When you watch an animal pick up the scent and approach the first morsel, it’s tentative. It looks around to make sure it’s not going to be attacked by a larger animal in search of the same food. It will sniff around for any alien scents. If the coast is clear, it will try the first bite.

When planning out your smaller goals, you’ll want to set them up like a live trap – a Checklist Trap. Your first task should be something easy, something that won’t cause you to run in the opposite direction of your work. Make this task something that can be completed in under an hour with very little brainpower or creative thought. You might feel a little silly at first writing examples like the following:

“String up and tune guitars.”

 “Clear desk of clutter, set out the laptop.”

 “Buy 10 11x14 Canvases.”

From here, make the next step toward completing your goal a bit tougher — something that will take some creative brainpower and a little more time:

“Compile a list of songs for creative inspiration.”

 “Set aside two hours to write a rough synopsis.”

“Begin a mood board of styles and textures for inspiration.”

Through the process, we are leading our brains toward the big goal. We are earning trust and confidence in the process. We are completing very easy tasks to build momentum.

To complete the first draft of my book, UNFINISHED, I broke it down to the following steps:

  1. Read two books about writing a work of non-fiction.
  2. Take 2 hours to do a short synopsis on the subject.
  3. Create an outline.
  4. Break the book down into chapters.
  5. Break the chapters down into sections.

Once I completed these tasks, I then set a schedule to finish each section. I would sit down and try to write 2 sections, typically in a 2-3 hour block twice a week, using this template from Eviatar Zerubavel’s book, The Clockwork Muse:

Section Length


Words Per Day Days to complete Deadline
Introduction 1,000 500 2 3/02/15
Chapter 1 2,000 500 4 3/20/15
Chapter 2 2,500 1,000 2.5 4/07/15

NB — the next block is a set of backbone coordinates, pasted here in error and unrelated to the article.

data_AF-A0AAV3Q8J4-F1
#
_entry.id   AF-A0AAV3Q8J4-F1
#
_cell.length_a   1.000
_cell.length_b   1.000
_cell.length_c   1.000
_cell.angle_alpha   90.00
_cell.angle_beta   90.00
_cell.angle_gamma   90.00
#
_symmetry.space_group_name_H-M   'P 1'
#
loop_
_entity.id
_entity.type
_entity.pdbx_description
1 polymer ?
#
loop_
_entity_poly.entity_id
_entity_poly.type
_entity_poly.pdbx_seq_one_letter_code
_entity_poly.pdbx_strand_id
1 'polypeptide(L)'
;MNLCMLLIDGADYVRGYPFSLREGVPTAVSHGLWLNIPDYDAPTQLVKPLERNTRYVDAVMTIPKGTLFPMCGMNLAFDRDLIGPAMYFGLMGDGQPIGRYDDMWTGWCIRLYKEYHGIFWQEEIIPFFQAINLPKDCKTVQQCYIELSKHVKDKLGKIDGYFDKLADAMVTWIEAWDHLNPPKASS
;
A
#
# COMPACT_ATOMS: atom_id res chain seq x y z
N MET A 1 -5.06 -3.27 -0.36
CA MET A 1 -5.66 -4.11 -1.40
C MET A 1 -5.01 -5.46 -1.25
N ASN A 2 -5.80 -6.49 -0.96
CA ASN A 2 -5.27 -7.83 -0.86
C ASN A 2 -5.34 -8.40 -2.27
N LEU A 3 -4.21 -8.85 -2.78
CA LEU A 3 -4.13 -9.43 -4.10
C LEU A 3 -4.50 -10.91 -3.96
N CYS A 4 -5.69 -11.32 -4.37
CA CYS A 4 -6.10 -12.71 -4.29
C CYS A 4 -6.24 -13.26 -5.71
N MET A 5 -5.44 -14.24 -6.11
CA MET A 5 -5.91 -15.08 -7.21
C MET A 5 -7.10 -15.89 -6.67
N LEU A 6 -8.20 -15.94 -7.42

Chapter 3 2,500 1,000 2.5 4/21/15
Chapter 4 2,500 500 5 5/15/15
Chapter 5 4,000 1000 4 5/30/15


A Checklist Trap can work with any creative project as long as it can be broken down into small tasks you can check off along the way. If you are skeptical, here’s an example of a short project broken down into very easy-to-complete tasks:


  1. Pin 20 pictures on Pinterest for inspiration.
  2. Buy an 11x11 canvas.
  3. Make sure I have enough paint.
  4. Take 15 minutes to set up my workstation.
  5. Sketch a rough idea for 20 minutes.
  6. Work for 30 minutes on the left quadrant of the painting.

…and so on.

Checklist Traps are the reason we LOVE the late artist, Bob Ross. Ross was one of the first artists to reveal his Checklist Traps on national television. Before the show, if I saw a completed Bob Ross painting, I would laugh at you if you told me I could make a fairly decent rendition of his work in 30 minutes.

He broke the process down into the smallest tasks — the simplest brush strokes, the “happiest little tree.” If you could put paint on your brush and move it from side to side, you could have a serene forest scene fit for Bambi in as much time as it took to watch Family Ties.

Deconstructing large bodies of work down to their smallest tasks puts us that much closer to being as prolific and masterful as the great Bob Ross.